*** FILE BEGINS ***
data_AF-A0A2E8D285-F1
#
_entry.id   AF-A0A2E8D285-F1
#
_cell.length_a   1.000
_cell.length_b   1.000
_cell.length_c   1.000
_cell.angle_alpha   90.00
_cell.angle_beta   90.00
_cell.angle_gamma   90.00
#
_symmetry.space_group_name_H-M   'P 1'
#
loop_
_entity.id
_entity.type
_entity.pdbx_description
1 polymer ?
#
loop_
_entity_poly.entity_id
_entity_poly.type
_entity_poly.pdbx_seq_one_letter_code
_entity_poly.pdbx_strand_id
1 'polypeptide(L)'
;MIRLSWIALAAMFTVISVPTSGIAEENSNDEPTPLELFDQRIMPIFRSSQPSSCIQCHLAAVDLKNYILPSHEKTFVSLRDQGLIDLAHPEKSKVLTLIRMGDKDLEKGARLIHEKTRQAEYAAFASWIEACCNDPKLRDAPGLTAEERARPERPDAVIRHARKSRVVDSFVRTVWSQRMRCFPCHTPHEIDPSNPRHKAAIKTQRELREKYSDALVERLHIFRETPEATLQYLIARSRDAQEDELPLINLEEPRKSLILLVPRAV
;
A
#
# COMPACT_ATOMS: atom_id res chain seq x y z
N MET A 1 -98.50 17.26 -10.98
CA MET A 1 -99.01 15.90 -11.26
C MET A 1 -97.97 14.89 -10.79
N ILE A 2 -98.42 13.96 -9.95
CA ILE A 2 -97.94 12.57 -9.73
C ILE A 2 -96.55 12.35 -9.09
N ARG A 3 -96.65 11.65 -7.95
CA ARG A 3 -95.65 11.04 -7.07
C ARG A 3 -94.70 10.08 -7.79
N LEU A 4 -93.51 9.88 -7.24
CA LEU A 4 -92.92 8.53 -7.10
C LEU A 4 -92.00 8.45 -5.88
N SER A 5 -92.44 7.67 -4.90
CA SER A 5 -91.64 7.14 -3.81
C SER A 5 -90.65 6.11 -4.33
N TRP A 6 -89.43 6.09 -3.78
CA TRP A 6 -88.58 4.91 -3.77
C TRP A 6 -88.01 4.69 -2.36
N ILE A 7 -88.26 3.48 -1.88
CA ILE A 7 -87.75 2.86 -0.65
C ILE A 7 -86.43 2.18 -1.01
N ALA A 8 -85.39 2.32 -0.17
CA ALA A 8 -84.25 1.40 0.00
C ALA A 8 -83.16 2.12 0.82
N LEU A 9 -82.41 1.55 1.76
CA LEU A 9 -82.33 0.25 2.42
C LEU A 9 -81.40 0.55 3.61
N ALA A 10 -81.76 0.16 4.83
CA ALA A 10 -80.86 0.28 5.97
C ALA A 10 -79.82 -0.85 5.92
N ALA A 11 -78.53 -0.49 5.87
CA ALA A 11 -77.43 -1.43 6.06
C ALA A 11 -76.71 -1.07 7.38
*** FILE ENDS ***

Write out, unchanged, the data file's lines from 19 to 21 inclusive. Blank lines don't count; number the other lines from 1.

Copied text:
#
loop_
_entity_poly.entity_id